Top 5 things to watch in markets in the week ahead

  • Economy News
Top 5 things to watch in markets in the week ahead

By Noreen Burke -- The week ahead will bring the all-important U.S. monthly jobs report while equity markets embark on the second quarter, OPEC meets and central banks in Australia and New Zealand are to deliver their latest interest rate decisions.

  1. Nonfarm payrolls

Market watchers will be looking at Friday’s nonfarm payrolls report for a fresh update on the health of a labor market which has remained robust over the past year in the face of a barrage of rate hikes by the Federal Reserve.

Economists are expecting the U.S. economy to have added 238,000 jobs in March after an increase of 311,000 in February. Average hourly earnings are forecast to have increased at an annual rate of 4.3% , which would be the slowest rate since July 2021.

The March employment report will be the last before the Fed’s upcoming May meeting , with investors split over whether policymakers will raise rates one last time. An increase above 200,000 in terms of jobs creation is likely to bolster expectations for a 25-basis point rate hike.

Fed officials have indicated that they expect rates to remain around current levels for the rest of this year to help combat inflation.

  1. Other data, Fedspeak

Ahead of Friday’s all important March jobs report the economic calendar includes reports on February job openings on Tuesday and March data on private sector hiring on Wednesday.

ISM purchasing managers surveys of manufacturing and service sector activity are due out on Monday and Wednesday, respectively.

Several Fed policymakers are due to make appearances during the week, including Cleveland Fed President Loretta Mester , St. Louis Fed President James Bullard and Fed Governor Lisa Cook.

Fed officials have indicated that they expect rates to remain around current levels for the rest of this year to help bring inflation back down to the bank’s 2% target. But, while inflationary pressures remain elevated officials will also have to weigh the effect of higher interest rates on financial stability after the recent turmoil in the banking sector.

  1. Equity markets

U.S. equity markets posted solid gains in the first quarter despite a steep selloff in bank stocks after the collapse of two regional banks sparked fears over a broader financial crisis.

The Nasdaq gained 16.8% for its largest quarterly percentage increase since 2020. The S&P 500 rose 7%, rebounding after a nearly 20% drop in 2022 and the Dow Jones Industrial Average ended the quarter up 0.4%.

Wary investors say those gains leave stocks more vulnerable to an economic downturn, which may have been brought closer by tumult in the banking sector.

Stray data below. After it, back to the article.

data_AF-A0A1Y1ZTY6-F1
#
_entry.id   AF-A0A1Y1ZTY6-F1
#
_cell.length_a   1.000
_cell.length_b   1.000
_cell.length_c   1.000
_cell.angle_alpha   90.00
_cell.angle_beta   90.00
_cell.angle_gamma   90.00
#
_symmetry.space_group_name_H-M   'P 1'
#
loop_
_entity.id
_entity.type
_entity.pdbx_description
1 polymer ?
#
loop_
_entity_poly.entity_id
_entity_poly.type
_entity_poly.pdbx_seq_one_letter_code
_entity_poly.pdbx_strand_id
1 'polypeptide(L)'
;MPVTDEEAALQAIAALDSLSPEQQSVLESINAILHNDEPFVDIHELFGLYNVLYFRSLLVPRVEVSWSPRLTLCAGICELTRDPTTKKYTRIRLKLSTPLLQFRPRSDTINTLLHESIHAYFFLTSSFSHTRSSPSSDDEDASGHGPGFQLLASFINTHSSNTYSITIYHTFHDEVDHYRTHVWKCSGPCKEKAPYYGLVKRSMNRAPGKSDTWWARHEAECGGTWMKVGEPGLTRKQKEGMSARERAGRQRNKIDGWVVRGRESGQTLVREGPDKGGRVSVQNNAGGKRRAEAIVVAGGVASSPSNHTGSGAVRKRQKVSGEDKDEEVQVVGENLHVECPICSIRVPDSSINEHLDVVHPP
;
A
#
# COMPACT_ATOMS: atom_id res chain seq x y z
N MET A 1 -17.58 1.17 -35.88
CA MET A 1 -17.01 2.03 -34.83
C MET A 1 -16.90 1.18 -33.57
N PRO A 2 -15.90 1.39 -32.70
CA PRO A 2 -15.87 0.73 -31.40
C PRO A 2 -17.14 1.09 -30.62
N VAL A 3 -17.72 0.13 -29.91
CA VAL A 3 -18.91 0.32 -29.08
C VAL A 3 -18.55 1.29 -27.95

To what extent equities have factored in a possible recession - and whether the economy will experience one - has been a point of contention on Wall Street.

“The answer is emphatically no, the market is not priced for a recession at all,” said Hans Olsen, chief investment officer at Fiduciary Trust Co, which is guarding against future market turbulence by holding higher than typical amounts of cash. For stocks, “it means that we could be in for some very nasty surprises over the coming quarters.”

  1. OPEC meeting

OPEC+ is likely to stick to its existing deal to cut oil output at a meeting on Monday, Reuters reported, after oil prices recovered following a drop to 15-month lows.

Oil has recovered towards $80 a barrel for Brent crude after falling to near $70 on March 20, as fears ease about a global banking crisis and as a halt in exports from Iraq's Kurdistan region curbs supplies.

OPEC+, which comprises the Organization of the Petroleum Exporting Countries and allies led by Russia, is due to hold a virtual meeting of its ministerial monitoring panel, which includes Russia and Saudi Arabia, on Monday.

After those talks, the next full OPEC+ meeting is not until June.

Falling oil prices are a problem for most OPEC+ members because their economies rely heavily on oil revenue.

  1. RBA, RBNZ interest rate decisions

The Reserve Bank of Australia is to meet on Tuesday with a decision on whether to hike or hold rates on a knife edge.

Data last week showed that Australian inflation slowed to an eight month low of 6.8% year-over-year in February, prompting investors to pretty much rule out chances for a 25-basis point rate hike.

RBA Governor Philip Lowe has said the central bank was closer to pausing its rate increases because monetary policy was now in restrictive territory, and suggested a halt could come as soon as April depending on the data.

Meanwhile, markets are still betting on another 25-basis point rate hike from the Reserve Bank of New Zealand when it meets on Wednesday.

--Reuters contributed to this report

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